wherein the first tipping limiting stop defines a mixing position, wherein when the wheeled trolley is in the first position the barrel is angled to retain its contents, and the second limiting stop defines a pouring position, wherein when the wheeled trolley is in the second position the barrel is angled so that its contents are poured out, and the first and second limiting stops limit movement of the barrel between the mixing and the pouring positions.
2. A barrel mixer according to claim 1, wherein the wheeled trolley comprises a frame, the barrel being supported on one side of the frame and the motor and the transmission being supported on the opposite side of the frame.
3. A barrel mixer according to claim 2, wherein the wheeled trolley further comprises a frame base and wheels mounted on the frame base, the frame base being on the same side of the frame as the barrel.
4. A barrel mixer according to claim 3, wherein the frame further comprises handle means projecting from the frame at the opposite end thereof to the frame base and on the same side of the frame as the motor and transmission.
5. A barrel mixer according to claim 1, wherein the barrel is demountable from the wheeled trolley and the support means breaks down to fit inside the barrel for storage or transportation.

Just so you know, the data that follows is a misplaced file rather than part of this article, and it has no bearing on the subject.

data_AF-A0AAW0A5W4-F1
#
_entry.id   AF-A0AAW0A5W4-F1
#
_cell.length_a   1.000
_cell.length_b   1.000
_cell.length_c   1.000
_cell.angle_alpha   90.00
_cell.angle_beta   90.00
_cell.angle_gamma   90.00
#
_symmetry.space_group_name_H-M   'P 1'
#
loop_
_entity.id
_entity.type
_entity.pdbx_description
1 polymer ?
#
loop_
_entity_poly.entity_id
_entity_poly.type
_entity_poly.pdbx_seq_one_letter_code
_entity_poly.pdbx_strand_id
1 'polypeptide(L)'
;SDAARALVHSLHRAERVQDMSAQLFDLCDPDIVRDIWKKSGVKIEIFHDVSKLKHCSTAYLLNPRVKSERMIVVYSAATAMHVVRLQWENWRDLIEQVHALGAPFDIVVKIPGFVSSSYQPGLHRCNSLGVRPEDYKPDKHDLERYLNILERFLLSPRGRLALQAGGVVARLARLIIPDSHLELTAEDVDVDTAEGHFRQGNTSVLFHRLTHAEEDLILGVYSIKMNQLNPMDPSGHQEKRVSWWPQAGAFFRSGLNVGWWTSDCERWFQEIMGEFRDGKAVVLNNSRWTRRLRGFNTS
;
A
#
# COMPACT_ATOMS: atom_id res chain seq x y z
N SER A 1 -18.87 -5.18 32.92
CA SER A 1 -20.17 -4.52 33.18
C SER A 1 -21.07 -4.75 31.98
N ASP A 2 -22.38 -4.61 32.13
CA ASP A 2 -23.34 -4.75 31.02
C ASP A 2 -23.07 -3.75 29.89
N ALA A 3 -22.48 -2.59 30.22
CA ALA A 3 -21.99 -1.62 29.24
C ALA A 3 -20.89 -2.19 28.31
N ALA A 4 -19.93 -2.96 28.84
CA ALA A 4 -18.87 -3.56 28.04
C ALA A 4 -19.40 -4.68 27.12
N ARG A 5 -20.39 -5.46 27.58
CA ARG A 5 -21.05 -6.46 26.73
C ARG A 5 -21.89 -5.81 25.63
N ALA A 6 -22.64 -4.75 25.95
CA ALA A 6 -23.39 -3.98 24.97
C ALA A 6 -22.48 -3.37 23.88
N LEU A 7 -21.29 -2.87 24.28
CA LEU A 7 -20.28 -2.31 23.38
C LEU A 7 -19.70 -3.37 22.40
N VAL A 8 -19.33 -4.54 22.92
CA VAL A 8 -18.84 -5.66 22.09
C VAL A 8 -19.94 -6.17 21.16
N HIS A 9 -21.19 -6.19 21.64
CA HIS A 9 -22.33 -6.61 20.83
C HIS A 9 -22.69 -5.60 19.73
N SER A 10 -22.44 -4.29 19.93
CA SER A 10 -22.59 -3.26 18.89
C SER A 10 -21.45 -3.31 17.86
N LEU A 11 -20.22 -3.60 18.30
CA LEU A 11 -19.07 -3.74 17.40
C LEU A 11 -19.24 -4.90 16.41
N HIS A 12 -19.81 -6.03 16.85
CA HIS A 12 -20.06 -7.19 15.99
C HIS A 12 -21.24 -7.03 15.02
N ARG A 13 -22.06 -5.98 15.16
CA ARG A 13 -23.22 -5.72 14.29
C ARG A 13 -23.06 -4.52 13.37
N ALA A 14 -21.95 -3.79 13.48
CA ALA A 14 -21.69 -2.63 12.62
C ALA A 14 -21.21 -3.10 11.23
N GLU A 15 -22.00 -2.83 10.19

6. A barrel mixer according to claim 1, wherein the wheeled trolley is supported by the stand.
7. A barrel mixer according to claim 1, wherein the wheeled trolley is demountable from the support means.
8. A barrel mixer according to claim 7, and the support means breaks down to fit inside the barrel for storage or transportation.
Description
RELATED APPLICATIONS

This is a continuation application of co-pending U.S. Pat. application Ser. No. 09/805,786, filed Mar. 13, 2001, which is a continuation of U.S. Pat. application Ser. No. 09/294,215, filed Apr. 16, 1999, now U.S. Pat. No. 6,220,744, which is a continuation of International Patent Application No. PCT/GB97/02840, filed Oct. 15, 1997, claiming priority from British Application No. 9621632.0, filed Oct. 17, 1996.

TECHNICAL FIELD

This invention relates to an assembly for barrel mixers such as are mainly used for mixing cement and, in particular, to such mixers designed for light or medium duty mixing and adapted for single-handed movement and operation.

BACKGROUND OF THE INVENTION